A FEW years ago, I read a particularly horrifying account of three girls who had been living in a Chatham County motel room and engaging in prostitution activities and drug use under the leadership of a man who was their purported pimp.
One of the girls, 13 at the time, had been made to have sex, on average, about ten times per day.
She was a United States citizen and did not come from an impoverished household. At that time, she was just like any other teenage girl in Savannah who tended to spar with her mom from time to time.
It was one particular verbal altercation with her mom at a mall that grabbed the attention of Timothy Lewis.
Lewis, an attractive man in terms of conventional measures, was in his late twenties and, unknown to the young girl at the time, was known on the streets as “Maintain.” Prior to being found guilty of 19 of the 20 counts listed in a 2015 indictment connecting him to the sex trafficking of six underage girls whom he sold for sex throughout Savannah, he had been arrested no less than 14 times for charges ranging from battery to cruelty of children.
While anyone with the ability to run a background check would know that this man had a particular fanaticism towards violence and control, to an unassuming girl, he was just a nice guy offering a place to live and some money for a hair appointment.
In speaking with Captain Gene Harley, Criminal Investigations Division Commander for the Chatham County Police Department and former Assistant Deputy Director of the Chatham-Savannah Narcotics Team (CNT), this sort of scenario is not uncommon.
“During my CNT days, there were countless interviews with young girls who would meet up with a guy who would eventually get them hooked on drugs,” said Harley. “These girls would just get stuck in this cycle of drugs and prostitution that they could not get out of.”
When talking about sex trafficking, this scenario is typically the one that may play out in your head, in large part thanks to Hollywood blockbusters such as Taken, where Liam Neeson plays a bruting, ex-government operative whose daughter and friend are kidnapped and shuffled into the sex trade while on a visit to Paris.
Unlike Neeson’s memorable “I will look for you, I will find you and I will kill you,” line in the franchise’s first movie, many of these cases do not look like this, do not have a single person hunting perpetrators and don’t usually resolve with a happy ending.
As Harley points out, the child sex trafficking pandemic of the 21st century (coined as such by Forbes as far back as 2018) is a global issue as well as a local one that has multiple facets.
“Trafficking for the child sex trade can be children smuggled into the country illegally for the sole purpose of sexual exploitation; it can be young drug addicts who become dependent on a supplier who then uses drugs as a way to control them and prostitute them out for money; it can be a drug addicted mother who is pimping out her own children for money and drugs; and in some cases, it is minors as young as infants to 5-years-old who are being viewed digitally through photos or sexually assaulted in person,” explained Harley.
Child sex trafficking and the overarching human trafficking is a profitable business. In Georgia alone, it brings in an estimated $290 million to the industry annually, according to Georgia Cares, the single, statewide coordinating agency for child victims of sexual exploitation and trafficking.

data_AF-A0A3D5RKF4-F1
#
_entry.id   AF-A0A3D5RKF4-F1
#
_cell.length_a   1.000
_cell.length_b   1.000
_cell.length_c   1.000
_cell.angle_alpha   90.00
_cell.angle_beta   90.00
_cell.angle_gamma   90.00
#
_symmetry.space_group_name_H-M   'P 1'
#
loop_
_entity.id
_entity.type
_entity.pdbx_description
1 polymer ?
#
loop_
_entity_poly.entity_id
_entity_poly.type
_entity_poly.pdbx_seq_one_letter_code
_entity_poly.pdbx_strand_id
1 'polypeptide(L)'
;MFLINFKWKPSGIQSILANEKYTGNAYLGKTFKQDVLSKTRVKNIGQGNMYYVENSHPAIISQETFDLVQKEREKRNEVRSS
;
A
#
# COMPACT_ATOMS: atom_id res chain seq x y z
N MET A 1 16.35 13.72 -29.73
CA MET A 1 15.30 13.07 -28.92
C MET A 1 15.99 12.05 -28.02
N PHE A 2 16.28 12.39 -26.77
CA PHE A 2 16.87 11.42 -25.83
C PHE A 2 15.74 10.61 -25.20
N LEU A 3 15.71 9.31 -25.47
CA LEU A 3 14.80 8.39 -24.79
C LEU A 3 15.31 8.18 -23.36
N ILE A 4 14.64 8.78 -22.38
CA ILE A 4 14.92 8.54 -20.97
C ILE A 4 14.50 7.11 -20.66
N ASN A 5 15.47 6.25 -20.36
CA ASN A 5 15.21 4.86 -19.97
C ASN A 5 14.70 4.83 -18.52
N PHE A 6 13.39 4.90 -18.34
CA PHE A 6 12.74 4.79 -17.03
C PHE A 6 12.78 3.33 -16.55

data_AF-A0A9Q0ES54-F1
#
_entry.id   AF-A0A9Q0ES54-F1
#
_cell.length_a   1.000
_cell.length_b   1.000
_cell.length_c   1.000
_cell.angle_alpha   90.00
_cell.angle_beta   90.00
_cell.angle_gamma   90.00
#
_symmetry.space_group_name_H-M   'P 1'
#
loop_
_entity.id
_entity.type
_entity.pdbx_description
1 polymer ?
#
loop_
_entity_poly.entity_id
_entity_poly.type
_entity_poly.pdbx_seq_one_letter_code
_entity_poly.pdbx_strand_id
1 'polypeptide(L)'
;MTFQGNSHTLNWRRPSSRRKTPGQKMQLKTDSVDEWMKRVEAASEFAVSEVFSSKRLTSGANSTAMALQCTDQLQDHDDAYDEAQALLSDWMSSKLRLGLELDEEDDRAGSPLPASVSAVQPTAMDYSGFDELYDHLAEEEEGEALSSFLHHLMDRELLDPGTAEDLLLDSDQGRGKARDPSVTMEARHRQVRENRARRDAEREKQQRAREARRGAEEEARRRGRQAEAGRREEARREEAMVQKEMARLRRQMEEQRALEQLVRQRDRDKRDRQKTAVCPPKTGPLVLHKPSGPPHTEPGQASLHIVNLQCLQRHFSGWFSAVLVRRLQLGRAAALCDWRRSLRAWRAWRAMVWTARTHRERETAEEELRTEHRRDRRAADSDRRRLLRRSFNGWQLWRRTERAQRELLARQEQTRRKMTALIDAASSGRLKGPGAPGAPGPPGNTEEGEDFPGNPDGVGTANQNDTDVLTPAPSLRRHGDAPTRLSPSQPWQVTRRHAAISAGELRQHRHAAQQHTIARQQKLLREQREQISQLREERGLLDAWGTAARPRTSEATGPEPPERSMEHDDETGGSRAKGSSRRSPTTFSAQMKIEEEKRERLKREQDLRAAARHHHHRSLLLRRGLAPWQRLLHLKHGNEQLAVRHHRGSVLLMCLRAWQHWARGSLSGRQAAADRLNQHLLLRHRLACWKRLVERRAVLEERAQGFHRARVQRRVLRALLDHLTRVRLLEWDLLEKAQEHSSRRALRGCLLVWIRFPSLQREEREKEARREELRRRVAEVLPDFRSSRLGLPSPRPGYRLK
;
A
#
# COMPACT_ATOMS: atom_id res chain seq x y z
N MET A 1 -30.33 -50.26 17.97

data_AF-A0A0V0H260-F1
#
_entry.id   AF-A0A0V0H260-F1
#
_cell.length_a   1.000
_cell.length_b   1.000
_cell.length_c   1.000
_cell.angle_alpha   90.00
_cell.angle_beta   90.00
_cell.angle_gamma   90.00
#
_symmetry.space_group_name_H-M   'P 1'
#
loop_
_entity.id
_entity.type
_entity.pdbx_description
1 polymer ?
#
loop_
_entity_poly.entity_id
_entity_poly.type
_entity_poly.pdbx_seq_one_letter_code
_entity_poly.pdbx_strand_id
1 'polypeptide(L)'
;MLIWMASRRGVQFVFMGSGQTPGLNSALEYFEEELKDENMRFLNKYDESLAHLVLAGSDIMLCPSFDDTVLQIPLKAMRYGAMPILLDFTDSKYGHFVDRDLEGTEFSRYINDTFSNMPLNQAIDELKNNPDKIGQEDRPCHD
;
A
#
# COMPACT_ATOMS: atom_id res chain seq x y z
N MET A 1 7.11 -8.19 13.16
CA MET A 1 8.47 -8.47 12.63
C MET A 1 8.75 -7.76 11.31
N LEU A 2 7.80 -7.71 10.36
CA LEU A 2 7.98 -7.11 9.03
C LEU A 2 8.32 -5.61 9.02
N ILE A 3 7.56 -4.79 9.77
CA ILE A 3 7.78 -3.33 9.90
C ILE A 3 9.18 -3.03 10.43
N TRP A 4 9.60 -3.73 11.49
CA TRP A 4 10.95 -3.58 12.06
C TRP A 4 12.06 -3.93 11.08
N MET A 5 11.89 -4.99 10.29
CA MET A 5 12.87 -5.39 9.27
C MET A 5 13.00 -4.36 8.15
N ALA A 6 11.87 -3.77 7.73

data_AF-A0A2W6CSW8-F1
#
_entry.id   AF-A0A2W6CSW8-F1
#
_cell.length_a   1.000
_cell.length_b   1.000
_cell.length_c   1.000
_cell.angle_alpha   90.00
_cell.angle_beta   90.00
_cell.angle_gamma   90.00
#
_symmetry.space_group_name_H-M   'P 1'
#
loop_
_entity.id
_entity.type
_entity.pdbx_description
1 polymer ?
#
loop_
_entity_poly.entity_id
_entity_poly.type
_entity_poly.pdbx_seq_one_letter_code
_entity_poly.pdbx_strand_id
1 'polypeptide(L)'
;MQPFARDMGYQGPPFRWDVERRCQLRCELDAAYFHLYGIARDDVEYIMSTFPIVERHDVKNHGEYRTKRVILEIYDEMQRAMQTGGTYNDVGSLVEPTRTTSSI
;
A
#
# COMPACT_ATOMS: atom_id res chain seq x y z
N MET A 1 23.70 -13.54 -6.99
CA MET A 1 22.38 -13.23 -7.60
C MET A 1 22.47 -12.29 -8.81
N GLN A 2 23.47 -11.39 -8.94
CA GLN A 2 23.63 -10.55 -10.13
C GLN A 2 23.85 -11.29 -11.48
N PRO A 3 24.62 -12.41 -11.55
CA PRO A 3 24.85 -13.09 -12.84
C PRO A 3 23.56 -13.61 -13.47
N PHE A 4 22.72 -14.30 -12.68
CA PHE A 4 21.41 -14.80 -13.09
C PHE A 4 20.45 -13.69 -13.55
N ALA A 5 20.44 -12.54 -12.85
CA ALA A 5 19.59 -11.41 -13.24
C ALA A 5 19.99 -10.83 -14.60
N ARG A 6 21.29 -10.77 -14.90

So, reading this as a parent, what can you do to combat this mammoth problem? According to Harley, the answer starts at home.
“Parents are the frontline defense,” said Harley. “Be overly involved in your child’s life and be engaged.”
Harley can recount countless times where parents or authorities discover secret social media pages that victims of sexual exploitation used to post risqué pictures and communicate with strangers.
“A lot of this starts on social media,” explained Harley. “A minor starts talking to a would-be predator and that leads to a relationship, which eventually leads to a meetup, which usually ends with a sexual assault of some type or an abduction.”
In addition to monitoring your child’s internet and social media usage, Harley also stresses the importance of education for children and for parents.
“You have to know the potential dangers so that you can make informed decisions about your behavior and your approach,” said Harley.
However, as Harley pointed out, some of these local cases start the old-fashioned way with incidents like a predator abducting a child right out of their parent’s car in a busy parking lot.
“It’s tempting to just run inside the store for a quick errand and leave your child in the car, but make your children come inside with you,” explained Harley. “All too often, we see an abduction or an attempted abduction that occurred because a child was deep in their cell phone and sitting in an unattended, running car.”
In addition to a vigilance that boils down to accountability and awareness, Crime Stoppers of Savannah-Chatham County provides a service that makes it easy for all citizens to report even the suspicion of these types of crimes anonymously. By calling the 24/7 crime tip line, you can submit an anonymous tip regarding a suspicion of human trafficking or you can go online to SavannahChathamCrimeStoppers.org and click “Submit Online Tip.”
While dedicated law enforcement officers continue to tirelessly work to expel entire human trafficking operations locally and around the world, it somehow feels like it is never enough. Lewis, for example, was sentenced to 20 years in federal prison in 2017. When he is released in 2037, he will be 54; a presumably light sentence for a man whose infernal subsistence will haunt his victims for the rest of their lives.